• A list, by date, indicating the type and purchase price of each product purchased or leased by the purchaser from the remote seller or marketplace facilitator and delivered to a location in Oklahoma
  • Instructions for obtaining additional information from the Commission regarding whether and how to remit use tax to the Commission
  • A statement that the remote seller or marketplace facilitator is required to submit a report to the Commission that includes the name of the purchaser and the aggregate dollar amount of the purchaser’s purchases from the remote seller or marketplace facilitator
  • Such additional information as the Commission may reasonably require

Annual state reports

In addition, non-collecting remote sellers and marketplace facilitators must submit, no later than January 31 of each year, a written report to the Oklahoma Tax Commission.

The report must include the following information about each purchaser who was sent the above reports:

  • The purchaser’s name
  • The purchaser’s billing address, last-known mailing address (if different), and Oklahoma delivery address
  • The aggregate dollar amount of the purchaser’s purchases from the remote seller or marketplace facilitator
  • The name and address of the remote seller, marketplace facilitator, or marketplace seller that made the sales to the purchaser

New notice and reporting requirements for non-collecting referrers

Non-collecting referrers must provide each remote seller to whom the referrer transferred a potential purchaser located in Oklahoma during the immediately preceding calendar year:

  • A statement that sales or use tax may be imposed by the state on the transaction
  • A statement that the remote seller may be required to either collect and remit tax or comply with notice and reporting requirements
  • Instructions for obtaining additional information regarding sales and use tax from the Commission

In addition, by January 31 of each year, non-collecting referrers must send the Tax Commission a list of persons who received the above notice.

Penalties for failure to comply

Non-collecting marketplace facilitators, remote sellers, and referrers that fail to comply with the notice and reporting requirements will be assessed a penalty of $20,000 or 20 percent of total sales in Oklahoma during the previous 12 months, whichever is less. The penalty will be assessed separately for each violation, but may only be assessed once in a calendar year.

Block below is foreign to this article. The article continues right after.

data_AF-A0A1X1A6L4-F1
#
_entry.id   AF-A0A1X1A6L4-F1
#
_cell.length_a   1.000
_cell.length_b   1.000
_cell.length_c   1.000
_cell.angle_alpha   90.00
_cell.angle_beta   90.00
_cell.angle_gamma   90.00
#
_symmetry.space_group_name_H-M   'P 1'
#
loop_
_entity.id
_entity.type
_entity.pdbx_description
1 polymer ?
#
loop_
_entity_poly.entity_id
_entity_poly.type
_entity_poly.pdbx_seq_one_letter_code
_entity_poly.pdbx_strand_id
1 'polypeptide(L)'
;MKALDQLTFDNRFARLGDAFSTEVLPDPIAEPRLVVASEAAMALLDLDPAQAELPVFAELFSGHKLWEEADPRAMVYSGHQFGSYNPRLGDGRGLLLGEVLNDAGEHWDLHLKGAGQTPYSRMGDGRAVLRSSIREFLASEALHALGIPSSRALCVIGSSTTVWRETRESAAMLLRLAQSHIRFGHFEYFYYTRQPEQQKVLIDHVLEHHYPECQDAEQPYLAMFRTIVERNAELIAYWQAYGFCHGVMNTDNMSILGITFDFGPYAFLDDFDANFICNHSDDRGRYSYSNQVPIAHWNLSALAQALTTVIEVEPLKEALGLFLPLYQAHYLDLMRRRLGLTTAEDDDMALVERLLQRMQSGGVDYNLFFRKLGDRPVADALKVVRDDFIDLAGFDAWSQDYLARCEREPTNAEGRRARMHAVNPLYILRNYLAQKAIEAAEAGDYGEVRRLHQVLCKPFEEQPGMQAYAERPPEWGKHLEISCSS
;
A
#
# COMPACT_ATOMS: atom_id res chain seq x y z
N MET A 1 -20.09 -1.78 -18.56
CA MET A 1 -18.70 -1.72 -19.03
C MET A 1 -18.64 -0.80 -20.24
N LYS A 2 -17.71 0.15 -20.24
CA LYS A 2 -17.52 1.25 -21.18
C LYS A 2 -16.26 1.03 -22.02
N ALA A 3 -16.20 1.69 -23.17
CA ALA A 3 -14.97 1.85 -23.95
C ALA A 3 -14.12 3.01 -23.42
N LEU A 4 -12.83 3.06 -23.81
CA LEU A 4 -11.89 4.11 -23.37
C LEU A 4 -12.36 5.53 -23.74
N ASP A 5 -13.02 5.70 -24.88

The normal penalties and interest apply to remote sellers, marketplace providers, and referrers that opt to collect and remit tax in Oklahoma, and fail to do so as required. However, the Tax Commission may abate or reduce any such penalties or interest due to hardship, or for a good cause.

Marketplace facilitators and referrers won’t be penalized if they can show that failure to collect the correct amount of tax was due to incorrect information given to them by a marketplace seller or remote seller.

Protection from class action

The measure makes it illegal to bring a class action against a marketplace facilitator or referrer on behalf of purchasers arising from or in any way related to an overpayment of sales or use tax collected by the marketplace facilitator or referrer.

The measure has a great deal of support in the Legislature, passing 92-7 in the House. No doubt that’s in part due to the fact that it could generate more than $20 million for education, which the state sorely needs.

A similar law took effect in Rhode Island in August 2017 and Washington state on January 1, 2018. They’ve been effective. Amazon and Etsy are among the sellers now collecting tax on their third-party sales in Washington, and Amazon has shared third-party seller information with Rhode Island.

Learn more about use tax notice and reporting requirements for non-collecting sellers and what they mean for retailers


Avalara Author
Gail Cole
Avalara Author Gail Cole
Gail Cole began researching and writing about sales tax for Avalara in 2012 and has been fascinated with it ever since. She has a penchant for uncovering unusual tax facts, and endeavors to make complex sales tax laws more digestible for both experts and laypeople.